Crapwrap with care

Every Christmas (along with every birthday, no less), I inevitably find myself scavenging through the scraps of left-over wrapping paper, trying to make some dimensional sense of the random patterned planes with uneven edges and missing cut-outs like shadows rendering them absolutely impossible to be salvaged for re-use. Yes, I am one of those gift-wrappers: the type who refuses to buy more paper in the hope that last year’s bits (more likely from presents received rather than given) will help to spare the trip over to Paperchase and save a few pennies (though the sterling is close to worthless by now). And all done whilst feeling that three-fold moral uplift of being frugal, green and recycling-devout, of course. Yet it can be expected that the final product of my endeavours will be four — maybe five — different specimens of torn paper sellotaped together with the edges folded under several times to compensate for over-estimation in size, along with wrinkled creases in the hollowed grooves caused by irregularly shaped albeit thoughtfully chosen presents and my subsequent attempts to wrap and re-wrap for a snug fit. Although I persistently like to think despite the tell-tale signs that the job done in the end is not all that shabby, my friends would admittedly be far too considerate to complain if it were in fact otherwise…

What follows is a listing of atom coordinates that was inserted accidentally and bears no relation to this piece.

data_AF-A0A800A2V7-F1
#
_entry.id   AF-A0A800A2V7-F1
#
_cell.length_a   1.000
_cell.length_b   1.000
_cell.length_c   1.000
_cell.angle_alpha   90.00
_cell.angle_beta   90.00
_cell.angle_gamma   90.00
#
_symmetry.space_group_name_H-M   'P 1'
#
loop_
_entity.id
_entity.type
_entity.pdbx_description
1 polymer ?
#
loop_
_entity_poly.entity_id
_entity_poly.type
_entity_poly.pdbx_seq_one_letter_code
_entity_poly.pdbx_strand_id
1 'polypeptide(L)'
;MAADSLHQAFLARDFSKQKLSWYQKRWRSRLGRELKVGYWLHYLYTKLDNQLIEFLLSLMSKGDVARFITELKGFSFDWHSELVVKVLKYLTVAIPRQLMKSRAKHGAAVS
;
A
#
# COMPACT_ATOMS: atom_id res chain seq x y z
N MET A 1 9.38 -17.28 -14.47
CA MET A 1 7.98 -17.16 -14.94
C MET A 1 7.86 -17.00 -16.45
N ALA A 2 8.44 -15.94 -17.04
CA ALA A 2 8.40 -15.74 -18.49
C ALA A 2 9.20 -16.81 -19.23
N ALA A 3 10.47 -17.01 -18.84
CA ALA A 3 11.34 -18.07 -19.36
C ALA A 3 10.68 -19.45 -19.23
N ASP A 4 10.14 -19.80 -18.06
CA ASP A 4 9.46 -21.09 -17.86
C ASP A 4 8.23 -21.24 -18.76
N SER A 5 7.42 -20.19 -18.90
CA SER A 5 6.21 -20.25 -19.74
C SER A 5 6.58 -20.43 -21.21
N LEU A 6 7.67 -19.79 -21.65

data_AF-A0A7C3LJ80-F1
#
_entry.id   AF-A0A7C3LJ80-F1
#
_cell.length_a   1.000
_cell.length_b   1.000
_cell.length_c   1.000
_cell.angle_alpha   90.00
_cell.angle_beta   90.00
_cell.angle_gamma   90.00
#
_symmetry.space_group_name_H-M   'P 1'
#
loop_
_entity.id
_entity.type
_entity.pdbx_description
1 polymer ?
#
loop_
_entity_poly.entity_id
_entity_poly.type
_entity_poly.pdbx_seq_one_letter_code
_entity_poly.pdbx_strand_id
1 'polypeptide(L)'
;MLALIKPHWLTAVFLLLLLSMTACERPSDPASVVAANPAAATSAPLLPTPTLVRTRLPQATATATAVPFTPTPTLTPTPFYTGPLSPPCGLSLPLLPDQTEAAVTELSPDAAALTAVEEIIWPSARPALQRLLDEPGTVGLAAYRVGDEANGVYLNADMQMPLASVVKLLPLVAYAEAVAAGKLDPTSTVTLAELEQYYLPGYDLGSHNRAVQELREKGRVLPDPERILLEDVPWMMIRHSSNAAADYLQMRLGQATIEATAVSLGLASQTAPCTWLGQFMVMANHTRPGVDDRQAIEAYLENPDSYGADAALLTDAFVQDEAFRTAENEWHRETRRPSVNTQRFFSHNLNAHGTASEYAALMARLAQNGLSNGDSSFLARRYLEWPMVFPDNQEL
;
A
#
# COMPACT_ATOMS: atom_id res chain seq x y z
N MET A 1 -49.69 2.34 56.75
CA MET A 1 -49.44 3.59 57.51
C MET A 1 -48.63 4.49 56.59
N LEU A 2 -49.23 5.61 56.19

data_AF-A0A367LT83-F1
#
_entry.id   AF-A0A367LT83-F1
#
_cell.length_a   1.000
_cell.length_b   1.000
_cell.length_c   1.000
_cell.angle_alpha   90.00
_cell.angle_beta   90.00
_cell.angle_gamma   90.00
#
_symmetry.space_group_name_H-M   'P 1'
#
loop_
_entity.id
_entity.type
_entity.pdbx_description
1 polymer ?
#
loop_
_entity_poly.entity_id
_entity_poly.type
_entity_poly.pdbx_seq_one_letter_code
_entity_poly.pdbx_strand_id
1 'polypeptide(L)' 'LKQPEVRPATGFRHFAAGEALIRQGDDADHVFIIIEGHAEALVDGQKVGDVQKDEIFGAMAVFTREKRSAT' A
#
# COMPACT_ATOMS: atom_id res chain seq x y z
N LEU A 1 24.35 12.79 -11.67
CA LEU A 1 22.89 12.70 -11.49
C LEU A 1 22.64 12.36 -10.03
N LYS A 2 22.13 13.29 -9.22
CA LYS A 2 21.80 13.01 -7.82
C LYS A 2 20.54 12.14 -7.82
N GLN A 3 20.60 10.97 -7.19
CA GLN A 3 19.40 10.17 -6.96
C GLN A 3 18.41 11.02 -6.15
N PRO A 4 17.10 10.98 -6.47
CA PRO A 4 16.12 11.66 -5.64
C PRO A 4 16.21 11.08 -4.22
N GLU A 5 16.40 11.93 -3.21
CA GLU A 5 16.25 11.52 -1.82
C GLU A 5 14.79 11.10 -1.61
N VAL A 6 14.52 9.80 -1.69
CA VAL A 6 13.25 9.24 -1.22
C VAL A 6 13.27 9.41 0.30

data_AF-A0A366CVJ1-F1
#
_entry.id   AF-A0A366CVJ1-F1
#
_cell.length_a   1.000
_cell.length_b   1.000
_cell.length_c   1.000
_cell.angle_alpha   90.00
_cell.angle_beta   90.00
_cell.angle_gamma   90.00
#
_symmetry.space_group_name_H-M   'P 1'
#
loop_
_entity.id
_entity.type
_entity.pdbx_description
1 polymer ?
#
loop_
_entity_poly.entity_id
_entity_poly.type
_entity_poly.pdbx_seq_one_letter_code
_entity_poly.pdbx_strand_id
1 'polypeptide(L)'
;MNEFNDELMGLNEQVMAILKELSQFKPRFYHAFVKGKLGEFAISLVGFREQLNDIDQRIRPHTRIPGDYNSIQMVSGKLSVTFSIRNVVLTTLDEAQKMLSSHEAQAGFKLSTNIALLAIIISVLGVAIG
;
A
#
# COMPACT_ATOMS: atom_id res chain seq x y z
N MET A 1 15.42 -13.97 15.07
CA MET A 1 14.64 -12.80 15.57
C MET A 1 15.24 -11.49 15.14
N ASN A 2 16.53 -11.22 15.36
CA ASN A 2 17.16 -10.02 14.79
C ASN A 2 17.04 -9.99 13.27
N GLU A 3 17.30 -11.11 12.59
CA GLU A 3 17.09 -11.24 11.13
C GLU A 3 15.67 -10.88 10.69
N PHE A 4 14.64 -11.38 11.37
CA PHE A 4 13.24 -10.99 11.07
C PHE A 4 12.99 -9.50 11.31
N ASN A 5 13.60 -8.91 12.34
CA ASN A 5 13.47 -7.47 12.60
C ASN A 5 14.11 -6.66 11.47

But luckily this year it appears I have nothing to be embarrassed about, because now there’s a service that does precisely what I do and even gets paid for it as well. The aptly named CrapWrap™ method (made available via the unique online alternative gift-hub Firebox) provides a perfect example of cunning entrepreneurialism seizing on an untapped business opportunity inspired from the marvellous inanities of everyday life. Described as a solution for those gift-givers ‘bored of perfectly folded paper and exquisitely tied ribbon’, the ‘crapwrapping’ process has been officially branded as a ‘uniquely shoddy gift wrapping option’ involving the wrapping of ‘pressies in a slapdash fashion’. At £3.95 a pop, however, it does makes me wonder whether or not I ought to start charging a fee for my own fine touches of gift-wrap blunders…

Sarah Badr © MMVIII

See also: Oxfam Unwrapped


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